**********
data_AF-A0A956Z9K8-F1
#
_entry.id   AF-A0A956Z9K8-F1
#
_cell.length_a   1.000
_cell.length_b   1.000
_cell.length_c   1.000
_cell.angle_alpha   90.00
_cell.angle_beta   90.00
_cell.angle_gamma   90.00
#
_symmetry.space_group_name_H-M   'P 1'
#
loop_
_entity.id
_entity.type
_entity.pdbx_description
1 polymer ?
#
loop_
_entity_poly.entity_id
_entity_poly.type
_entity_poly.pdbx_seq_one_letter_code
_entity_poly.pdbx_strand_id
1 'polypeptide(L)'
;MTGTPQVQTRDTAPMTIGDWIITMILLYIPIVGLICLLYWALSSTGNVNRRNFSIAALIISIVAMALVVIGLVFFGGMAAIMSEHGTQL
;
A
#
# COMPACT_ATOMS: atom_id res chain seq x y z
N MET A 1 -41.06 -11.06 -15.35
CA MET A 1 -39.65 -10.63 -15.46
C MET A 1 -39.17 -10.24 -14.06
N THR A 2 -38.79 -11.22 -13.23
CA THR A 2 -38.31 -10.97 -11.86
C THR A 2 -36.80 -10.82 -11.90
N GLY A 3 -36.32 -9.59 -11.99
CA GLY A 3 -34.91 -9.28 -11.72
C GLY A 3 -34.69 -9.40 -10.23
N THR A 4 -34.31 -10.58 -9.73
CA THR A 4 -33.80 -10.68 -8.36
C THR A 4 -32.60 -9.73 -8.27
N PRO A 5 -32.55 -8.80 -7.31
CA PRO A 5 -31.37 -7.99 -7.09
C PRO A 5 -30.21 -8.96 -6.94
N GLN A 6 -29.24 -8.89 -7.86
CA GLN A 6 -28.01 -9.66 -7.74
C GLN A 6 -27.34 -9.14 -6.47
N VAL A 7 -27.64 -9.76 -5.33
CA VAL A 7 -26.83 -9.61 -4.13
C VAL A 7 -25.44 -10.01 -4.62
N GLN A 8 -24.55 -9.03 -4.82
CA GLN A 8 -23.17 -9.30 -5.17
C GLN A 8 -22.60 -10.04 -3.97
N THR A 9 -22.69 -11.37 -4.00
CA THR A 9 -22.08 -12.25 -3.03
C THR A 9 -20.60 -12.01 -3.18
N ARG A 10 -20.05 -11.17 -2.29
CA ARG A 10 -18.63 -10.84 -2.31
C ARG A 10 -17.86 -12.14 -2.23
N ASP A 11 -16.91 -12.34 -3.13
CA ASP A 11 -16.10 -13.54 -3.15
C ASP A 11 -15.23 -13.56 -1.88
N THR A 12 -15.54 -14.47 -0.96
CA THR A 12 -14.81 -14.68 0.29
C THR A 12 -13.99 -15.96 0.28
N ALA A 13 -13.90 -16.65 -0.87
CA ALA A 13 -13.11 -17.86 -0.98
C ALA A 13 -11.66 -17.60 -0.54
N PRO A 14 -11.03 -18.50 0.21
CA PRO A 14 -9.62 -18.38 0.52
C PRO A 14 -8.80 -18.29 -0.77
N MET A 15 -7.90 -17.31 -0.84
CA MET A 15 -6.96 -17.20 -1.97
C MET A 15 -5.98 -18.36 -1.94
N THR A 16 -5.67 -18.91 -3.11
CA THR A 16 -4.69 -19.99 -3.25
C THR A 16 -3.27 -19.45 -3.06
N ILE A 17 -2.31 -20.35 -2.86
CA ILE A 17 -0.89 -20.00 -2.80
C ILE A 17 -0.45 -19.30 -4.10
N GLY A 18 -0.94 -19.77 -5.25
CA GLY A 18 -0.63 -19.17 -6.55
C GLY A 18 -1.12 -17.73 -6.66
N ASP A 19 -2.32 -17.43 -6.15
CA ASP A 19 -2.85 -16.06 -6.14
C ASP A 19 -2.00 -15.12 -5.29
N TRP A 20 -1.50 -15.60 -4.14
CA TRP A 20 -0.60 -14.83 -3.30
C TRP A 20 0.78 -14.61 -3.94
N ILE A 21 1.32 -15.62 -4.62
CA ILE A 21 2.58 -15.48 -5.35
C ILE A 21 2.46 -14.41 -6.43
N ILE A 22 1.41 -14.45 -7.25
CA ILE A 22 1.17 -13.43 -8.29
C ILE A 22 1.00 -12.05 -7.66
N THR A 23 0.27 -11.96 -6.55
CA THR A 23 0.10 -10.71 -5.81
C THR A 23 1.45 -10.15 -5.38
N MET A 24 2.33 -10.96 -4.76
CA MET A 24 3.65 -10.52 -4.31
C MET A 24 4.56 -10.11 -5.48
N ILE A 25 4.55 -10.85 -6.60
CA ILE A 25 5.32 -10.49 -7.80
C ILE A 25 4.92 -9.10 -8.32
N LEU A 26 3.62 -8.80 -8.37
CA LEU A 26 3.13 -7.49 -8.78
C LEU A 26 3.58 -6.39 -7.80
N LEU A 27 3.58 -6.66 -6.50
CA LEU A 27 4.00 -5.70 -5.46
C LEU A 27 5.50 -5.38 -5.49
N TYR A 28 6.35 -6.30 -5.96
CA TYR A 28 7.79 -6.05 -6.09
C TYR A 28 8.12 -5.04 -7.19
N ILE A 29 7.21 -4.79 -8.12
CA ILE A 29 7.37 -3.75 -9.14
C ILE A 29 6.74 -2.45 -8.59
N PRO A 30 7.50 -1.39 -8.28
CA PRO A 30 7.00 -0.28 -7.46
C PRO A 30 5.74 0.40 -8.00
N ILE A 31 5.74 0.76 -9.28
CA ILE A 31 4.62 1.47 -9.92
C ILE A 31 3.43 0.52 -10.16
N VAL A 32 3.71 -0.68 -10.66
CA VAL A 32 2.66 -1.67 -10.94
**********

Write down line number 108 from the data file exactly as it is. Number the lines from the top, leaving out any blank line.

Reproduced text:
C LEU A 26 3.58 -6.39 -7.80